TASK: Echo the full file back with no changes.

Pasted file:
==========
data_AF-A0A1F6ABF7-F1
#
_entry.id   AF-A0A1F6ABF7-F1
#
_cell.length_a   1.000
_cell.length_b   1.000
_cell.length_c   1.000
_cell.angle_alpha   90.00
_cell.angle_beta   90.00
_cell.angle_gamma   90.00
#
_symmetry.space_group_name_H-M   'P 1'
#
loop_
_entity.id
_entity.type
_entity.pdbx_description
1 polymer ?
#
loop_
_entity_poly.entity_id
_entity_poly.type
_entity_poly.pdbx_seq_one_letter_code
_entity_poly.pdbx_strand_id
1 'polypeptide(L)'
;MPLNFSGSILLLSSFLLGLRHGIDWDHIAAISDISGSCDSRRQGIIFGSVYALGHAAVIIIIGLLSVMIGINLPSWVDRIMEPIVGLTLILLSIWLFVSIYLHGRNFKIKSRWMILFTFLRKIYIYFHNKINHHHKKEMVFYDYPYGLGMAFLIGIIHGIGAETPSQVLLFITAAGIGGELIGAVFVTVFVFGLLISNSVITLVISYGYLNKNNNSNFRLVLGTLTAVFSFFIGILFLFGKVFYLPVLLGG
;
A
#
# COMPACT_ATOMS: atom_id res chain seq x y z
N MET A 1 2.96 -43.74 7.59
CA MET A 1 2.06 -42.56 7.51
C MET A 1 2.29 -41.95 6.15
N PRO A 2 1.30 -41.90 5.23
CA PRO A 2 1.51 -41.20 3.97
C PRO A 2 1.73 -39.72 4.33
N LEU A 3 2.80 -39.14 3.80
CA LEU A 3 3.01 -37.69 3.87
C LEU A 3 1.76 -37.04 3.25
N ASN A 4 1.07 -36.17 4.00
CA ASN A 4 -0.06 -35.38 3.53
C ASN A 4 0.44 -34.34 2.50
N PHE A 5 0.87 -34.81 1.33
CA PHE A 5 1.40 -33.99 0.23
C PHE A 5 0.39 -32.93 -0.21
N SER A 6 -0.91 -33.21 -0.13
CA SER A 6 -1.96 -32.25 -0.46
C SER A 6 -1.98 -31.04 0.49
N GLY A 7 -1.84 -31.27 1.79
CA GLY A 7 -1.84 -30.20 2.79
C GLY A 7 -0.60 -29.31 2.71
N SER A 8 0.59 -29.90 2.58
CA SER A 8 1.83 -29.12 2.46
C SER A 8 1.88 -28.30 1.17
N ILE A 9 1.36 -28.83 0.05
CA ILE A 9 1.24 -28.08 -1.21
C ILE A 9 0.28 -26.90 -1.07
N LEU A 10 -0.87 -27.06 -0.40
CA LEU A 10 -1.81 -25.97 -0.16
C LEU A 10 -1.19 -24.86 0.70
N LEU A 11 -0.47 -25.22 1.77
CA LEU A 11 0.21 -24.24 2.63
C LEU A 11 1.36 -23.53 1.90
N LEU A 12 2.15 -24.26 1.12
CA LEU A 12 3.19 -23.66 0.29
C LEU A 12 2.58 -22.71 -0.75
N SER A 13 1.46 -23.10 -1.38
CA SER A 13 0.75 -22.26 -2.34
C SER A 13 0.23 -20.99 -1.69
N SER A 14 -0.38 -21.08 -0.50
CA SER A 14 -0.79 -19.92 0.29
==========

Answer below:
data_AF-A0A1F6ABF7-F1
#
_entry.id   AF-A0A1F6ABF7-F1
#
_cell.length_a   1.000
_cell.length_b   1.000
_cell.length_c   1.000
_cell.angle_alpha   90.00
_cell.angle_beta   90.00
_cell.angle_gamma   90.00
#
_symmetry.space_group_name_H-M   'P 1'
#
loop_
_entity.id
_entity.type
_entity.pdbx_description
1 polymer ?
#
loop_
_entity_poly.entity_id
_entity_poly.type
_entity_poly.pdbx_seq_one_letter_code
_entity_poly.pdbx_strand_id
1 'polypeptide(L)'
;MPLNFSGSILLLSSFLLGLRHGIDWDHIAAISDISGSCDSRRQGIIFGSVYALGHAAVIIIIGLLSVMIGINLPSWVDRIMEPIVGLTLILLSIWLFVSIYLHGRNFKIKSRWMILFTFLRKIYIYFHNKINHHHKKEMVFYDYPYGLGMAFLIGIIHGIGAETPSQVLLFITAAGIGGELIGAVFVTVFVFGLLISNSVITLVISYGYLNKNNNSNFRLVLGTLTAVFSFFIGILFLFGKVFYLPVLLGG
;
A
#
# COMPACT_ATOMS: atom_id res chain seq x y z
N MET A 1 2.96 -43.74 7.59
CA MET A 1 2.06 -42.56 7.51
C MET A 1 2.29 -41.95 6.15
N PRO A 2 1.30 -41.90 5.23
CA PRO A 2 1.51 -41.20 3.97
C PRO A 2 1.73 -39.72 4.33
N LEU A 3 2.80 -39.14 3.80
CA LEU A 3 3.01 -37.69 3.87
C LEU A 3 1.76 -37.04 3.25
N ASN A 4 1.07 -36.17 4.00
CA ASN A 4 -0.06 -35.38 3.53
C ASN A 4 0.44 -34.34 2.50
N PHE A 5 0.87 -34.81 1.33
CA PHE A 5 1.40 -33.99 0.23
C PHE A 5 0.39 -32.93 -0.21
N SER A 6 -0.91 -33.21 -0.13
CA SER A 6 -1.96 -32.25 -0.46
C SER A 6 -1.98 -31.04 0.49
N GLY A 7 -1.84 -31.27 1.79
CA GLY A 7 -1.84 -30.20 2.79
C GLY A 7 -0.60 -29.31 2.71
N SER A 8 0.59 -29.90 2.58
CA SER A 8 1.83 -29.12 2.46
C SER A 8 1.88 -28.30 1.17
N ILE A 9 1.36 -28.83 0.05
CA ILE A 9 1.24 -28.08 -1.21
C ILE A 9 0.28 -26.90 -1.07
N LEU A 10 -0.87 -27.06 -0.40
CA LEU A 10 -1.81 -25.97 -0.16
C LEU A 10 -1.19 -24.86 0.70
N LEU A 11 -0.47 -25.22 1.77
CA LEU A 11 0.21 -24.24 2.63
C LEU A 11 1.36 -23.53 1.90
N LEU A 12 2.15 -24.26 1.12
CA LEU A 12 3.19 -23.66 0.29
C LEU A 12 2.58 -22.71 -0.75
N SER A 13 1.46 -23.10 -1.38
CA SER A 13 0.75 -22.26 -2.34
C SER A 13 0.23 -20.99 -1.69
N SER A 14 -0.38 -21.08 -0.50
CA SER A 14 -0.79 -19.92 0.29